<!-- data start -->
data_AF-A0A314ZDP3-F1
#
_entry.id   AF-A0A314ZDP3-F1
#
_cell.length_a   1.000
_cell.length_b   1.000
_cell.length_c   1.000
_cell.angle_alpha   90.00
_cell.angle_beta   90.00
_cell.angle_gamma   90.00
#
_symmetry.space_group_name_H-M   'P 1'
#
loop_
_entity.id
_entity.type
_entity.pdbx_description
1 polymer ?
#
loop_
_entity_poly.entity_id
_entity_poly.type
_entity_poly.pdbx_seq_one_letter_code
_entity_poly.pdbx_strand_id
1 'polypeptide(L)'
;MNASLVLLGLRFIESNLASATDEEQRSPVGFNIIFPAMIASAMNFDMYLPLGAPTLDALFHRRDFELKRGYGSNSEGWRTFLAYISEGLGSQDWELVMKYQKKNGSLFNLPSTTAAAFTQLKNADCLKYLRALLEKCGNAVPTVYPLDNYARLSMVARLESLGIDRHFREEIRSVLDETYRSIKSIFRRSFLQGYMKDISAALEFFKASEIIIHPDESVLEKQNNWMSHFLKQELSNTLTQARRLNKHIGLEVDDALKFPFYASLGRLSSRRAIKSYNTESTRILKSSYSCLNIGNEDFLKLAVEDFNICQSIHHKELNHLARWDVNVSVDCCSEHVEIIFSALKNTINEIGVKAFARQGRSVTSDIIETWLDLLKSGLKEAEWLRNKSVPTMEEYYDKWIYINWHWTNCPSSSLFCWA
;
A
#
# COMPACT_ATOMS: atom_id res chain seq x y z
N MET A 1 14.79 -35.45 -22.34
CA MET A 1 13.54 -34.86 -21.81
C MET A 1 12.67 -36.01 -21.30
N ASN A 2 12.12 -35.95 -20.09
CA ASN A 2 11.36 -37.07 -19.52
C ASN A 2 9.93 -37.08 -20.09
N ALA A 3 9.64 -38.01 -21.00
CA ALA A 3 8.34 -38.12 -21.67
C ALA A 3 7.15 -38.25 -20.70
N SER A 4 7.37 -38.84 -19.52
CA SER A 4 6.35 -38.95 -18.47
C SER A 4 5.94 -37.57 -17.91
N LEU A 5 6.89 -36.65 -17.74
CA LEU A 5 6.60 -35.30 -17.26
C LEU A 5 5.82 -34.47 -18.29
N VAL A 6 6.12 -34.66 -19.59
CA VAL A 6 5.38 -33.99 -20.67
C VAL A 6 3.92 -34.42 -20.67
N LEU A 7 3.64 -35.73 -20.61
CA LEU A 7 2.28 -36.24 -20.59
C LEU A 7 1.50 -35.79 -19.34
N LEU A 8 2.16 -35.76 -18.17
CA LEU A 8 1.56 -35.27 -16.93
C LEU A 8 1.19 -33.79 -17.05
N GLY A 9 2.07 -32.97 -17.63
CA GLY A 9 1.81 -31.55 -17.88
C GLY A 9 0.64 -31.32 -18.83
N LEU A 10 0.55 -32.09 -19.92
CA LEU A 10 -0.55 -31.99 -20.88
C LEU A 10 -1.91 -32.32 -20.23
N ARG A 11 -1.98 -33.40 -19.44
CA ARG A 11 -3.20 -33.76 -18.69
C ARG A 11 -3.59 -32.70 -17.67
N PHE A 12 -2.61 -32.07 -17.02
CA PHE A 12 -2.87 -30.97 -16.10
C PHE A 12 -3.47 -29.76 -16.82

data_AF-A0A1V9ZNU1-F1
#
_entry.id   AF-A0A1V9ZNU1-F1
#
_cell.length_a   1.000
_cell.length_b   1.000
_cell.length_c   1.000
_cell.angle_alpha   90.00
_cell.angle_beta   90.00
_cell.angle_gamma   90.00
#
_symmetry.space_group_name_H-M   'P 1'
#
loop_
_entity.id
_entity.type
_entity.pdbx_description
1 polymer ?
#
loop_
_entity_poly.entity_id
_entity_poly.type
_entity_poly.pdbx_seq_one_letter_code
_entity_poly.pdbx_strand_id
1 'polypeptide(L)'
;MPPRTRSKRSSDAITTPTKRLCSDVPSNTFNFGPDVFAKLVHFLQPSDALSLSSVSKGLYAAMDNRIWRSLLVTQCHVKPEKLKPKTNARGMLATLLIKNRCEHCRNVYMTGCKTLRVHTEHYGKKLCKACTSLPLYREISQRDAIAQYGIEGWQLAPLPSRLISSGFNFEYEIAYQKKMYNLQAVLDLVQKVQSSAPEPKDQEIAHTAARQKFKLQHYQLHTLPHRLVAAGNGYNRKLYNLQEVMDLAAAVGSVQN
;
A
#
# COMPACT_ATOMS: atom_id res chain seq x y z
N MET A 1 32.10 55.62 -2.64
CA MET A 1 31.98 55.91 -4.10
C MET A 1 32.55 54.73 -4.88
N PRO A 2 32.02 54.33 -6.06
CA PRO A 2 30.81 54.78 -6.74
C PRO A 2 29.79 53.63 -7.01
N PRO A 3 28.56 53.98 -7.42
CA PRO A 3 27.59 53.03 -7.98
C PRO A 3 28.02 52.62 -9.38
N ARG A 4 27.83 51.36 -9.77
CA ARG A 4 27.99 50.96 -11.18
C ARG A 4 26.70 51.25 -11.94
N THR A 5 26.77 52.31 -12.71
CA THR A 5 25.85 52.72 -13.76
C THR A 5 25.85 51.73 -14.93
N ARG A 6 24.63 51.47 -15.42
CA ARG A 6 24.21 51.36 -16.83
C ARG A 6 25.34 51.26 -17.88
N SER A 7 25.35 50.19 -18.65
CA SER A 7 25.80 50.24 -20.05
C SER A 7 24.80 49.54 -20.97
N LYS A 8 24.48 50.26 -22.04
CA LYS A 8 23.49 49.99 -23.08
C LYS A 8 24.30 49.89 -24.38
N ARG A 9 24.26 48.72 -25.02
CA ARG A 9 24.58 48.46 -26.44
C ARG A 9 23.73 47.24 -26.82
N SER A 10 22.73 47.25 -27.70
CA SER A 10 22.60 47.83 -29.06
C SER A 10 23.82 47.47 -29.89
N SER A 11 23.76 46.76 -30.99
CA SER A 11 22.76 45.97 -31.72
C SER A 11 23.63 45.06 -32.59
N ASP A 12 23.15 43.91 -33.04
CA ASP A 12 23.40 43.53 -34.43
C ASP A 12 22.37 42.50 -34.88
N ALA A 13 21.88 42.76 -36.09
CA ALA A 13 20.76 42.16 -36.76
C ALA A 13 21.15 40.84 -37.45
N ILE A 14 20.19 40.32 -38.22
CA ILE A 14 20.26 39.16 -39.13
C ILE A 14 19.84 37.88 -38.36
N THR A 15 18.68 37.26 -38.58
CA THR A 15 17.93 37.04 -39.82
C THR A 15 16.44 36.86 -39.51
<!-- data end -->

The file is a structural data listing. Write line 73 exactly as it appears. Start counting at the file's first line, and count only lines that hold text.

_cell.length_c   1.000